It was at The Parlor, where Campisano was promoted to a management position, that he met Jared Porter, Joshua James, and ex-Clever Koi partner, Joe Absolor. With shared goals and aspiration, the quartet opened The Clever Koi in the fall of 2013.
Campisano is full of pride as he describes the dichotomy between Porter, James, and himself. They work as a team, with no one owner playing a greater role than the other. He is thoughtful about the complex relationships between their roles, and expresses the importance of hospitality, food, and beverage to work together for guests to have a complete experience. "If I'm an asshole and if people don't have a good [service] experience, they wont come back again, no matter how good the food was," he says.
The philosophy of hospitality Campisano has developed is of the utmost importance to him. He becomes animated as he describes his passion for it, speaking rapidly and with great emphasis. Shaped by the writings of Danny Meyer and Charlie Trotter, and restating the importance of Sam Fox's influence on him, Campisano describes a style of hospitality in which the role of the server cannot be undervalued.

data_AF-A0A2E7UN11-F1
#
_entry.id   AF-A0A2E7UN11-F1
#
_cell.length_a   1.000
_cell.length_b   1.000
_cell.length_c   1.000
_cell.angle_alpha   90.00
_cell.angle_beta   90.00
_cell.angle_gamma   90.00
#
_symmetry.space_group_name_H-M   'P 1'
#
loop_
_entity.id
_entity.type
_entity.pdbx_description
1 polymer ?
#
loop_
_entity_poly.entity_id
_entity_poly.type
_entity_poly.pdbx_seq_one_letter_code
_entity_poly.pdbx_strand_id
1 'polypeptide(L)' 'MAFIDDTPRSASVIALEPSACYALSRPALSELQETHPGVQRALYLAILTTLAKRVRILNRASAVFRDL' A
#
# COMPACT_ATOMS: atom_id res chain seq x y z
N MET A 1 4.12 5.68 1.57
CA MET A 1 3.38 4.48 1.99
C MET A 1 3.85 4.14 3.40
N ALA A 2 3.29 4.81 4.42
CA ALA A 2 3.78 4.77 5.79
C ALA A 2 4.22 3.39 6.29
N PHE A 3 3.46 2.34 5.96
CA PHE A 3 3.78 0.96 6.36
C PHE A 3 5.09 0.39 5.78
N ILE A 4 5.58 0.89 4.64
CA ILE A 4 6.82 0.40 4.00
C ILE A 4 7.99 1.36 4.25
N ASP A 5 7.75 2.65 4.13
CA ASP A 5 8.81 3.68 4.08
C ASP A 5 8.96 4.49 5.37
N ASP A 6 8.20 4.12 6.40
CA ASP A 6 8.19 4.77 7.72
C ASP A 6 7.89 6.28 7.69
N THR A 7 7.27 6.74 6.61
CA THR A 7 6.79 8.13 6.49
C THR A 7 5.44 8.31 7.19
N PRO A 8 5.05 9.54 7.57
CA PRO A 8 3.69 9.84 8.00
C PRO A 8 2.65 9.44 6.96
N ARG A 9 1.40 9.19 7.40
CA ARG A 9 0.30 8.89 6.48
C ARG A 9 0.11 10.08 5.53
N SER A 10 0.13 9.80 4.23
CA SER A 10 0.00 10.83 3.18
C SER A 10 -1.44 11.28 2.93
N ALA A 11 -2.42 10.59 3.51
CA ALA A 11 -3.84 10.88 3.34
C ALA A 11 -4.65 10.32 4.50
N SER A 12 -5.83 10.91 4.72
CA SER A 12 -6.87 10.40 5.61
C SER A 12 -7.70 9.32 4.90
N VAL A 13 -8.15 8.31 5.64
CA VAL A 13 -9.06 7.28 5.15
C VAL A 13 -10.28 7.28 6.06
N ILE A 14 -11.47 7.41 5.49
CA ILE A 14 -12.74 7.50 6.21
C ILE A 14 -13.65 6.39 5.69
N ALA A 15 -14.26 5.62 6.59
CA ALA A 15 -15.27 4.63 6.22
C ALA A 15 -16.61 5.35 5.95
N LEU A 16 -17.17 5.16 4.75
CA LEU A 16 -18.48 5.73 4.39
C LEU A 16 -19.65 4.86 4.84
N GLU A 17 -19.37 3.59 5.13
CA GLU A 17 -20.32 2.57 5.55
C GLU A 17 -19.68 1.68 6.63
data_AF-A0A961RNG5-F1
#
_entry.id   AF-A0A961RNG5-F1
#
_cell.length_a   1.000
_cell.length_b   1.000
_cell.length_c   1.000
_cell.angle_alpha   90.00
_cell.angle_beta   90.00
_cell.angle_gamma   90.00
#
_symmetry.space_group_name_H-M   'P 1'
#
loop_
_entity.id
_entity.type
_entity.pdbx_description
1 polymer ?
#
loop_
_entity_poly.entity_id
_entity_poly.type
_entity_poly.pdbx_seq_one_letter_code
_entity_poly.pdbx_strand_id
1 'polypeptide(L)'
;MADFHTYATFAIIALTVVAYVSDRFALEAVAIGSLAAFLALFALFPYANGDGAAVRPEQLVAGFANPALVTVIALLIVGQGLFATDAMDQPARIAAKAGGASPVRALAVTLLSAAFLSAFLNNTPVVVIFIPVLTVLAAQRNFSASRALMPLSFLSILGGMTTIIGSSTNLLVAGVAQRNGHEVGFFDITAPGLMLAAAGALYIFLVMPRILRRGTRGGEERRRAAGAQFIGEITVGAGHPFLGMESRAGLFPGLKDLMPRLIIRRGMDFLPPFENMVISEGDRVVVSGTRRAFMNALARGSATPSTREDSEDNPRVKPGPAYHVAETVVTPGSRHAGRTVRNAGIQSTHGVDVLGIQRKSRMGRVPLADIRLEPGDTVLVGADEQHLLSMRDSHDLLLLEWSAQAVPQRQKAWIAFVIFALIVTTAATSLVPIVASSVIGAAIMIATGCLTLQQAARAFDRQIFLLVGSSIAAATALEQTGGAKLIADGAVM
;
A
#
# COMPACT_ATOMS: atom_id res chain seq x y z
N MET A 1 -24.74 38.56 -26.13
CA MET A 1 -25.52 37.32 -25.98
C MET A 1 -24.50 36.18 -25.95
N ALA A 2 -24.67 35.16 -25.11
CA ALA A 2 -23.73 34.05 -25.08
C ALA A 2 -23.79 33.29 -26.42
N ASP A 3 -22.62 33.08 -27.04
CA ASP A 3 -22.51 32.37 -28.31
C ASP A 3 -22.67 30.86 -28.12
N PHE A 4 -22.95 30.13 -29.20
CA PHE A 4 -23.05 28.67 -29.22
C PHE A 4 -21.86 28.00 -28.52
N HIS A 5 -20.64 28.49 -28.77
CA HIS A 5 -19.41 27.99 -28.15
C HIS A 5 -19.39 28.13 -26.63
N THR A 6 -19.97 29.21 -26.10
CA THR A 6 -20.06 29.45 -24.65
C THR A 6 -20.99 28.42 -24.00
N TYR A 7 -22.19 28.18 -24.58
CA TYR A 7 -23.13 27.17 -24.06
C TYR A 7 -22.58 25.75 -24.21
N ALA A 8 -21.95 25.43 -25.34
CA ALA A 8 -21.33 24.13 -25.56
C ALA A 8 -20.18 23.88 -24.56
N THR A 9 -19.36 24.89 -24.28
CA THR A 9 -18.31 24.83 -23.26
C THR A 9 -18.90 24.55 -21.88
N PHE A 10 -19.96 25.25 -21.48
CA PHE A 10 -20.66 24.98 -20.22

Campisano spends much of the day making sure that guests' experiences are up to his very high standards of hospitality.
"It's not about just a smile, a handshake, or a hug," he says, 'It's about guiding guests through the journey of the dining experience." He trains his staff to sense guests' moods, to remember them and their orders. "It's not that the customer is always right, it's that guests must always be heard," he says. Campisano insists that there must be integrity, empathy, and a thoughtful reaction to each individual in the restaurant.
Campisano leads by example, coming alongside his staff "in the trenches" to work as a back server or expediter in the kitchen, and says that good leadership is all about side-by-side growth. The model works for them, he says. Three out of his five original servers are still with the restaurant, and those individuals will share managerial roles when he departs to run the forthcoming Gilbert location of The Clever Koi.
When it came to designing and building the new Clever Koi, Campisano explains how hospitality extends well past guest interactions. A great amount of attention has been paid to the little touches — decor, tables and chairs, serving ware, and cutlery. There will be windows that slide open with screens on them to keep out pests. "It's the small things that make a big difference," he says.
When Campisano is not at work, he is at home with his wife and two children. Restaurant work can often be all-consuming, but in his off-time he says he just wants to focus on being a good father and husband. Campisano's emphatic speech slows when he describes his family, and his tone softens. He tells us that the long nine-to-close days are always for their benefit, and judging by the rapidly-filling lunch crowd in the Clever Koi, today will be especially long.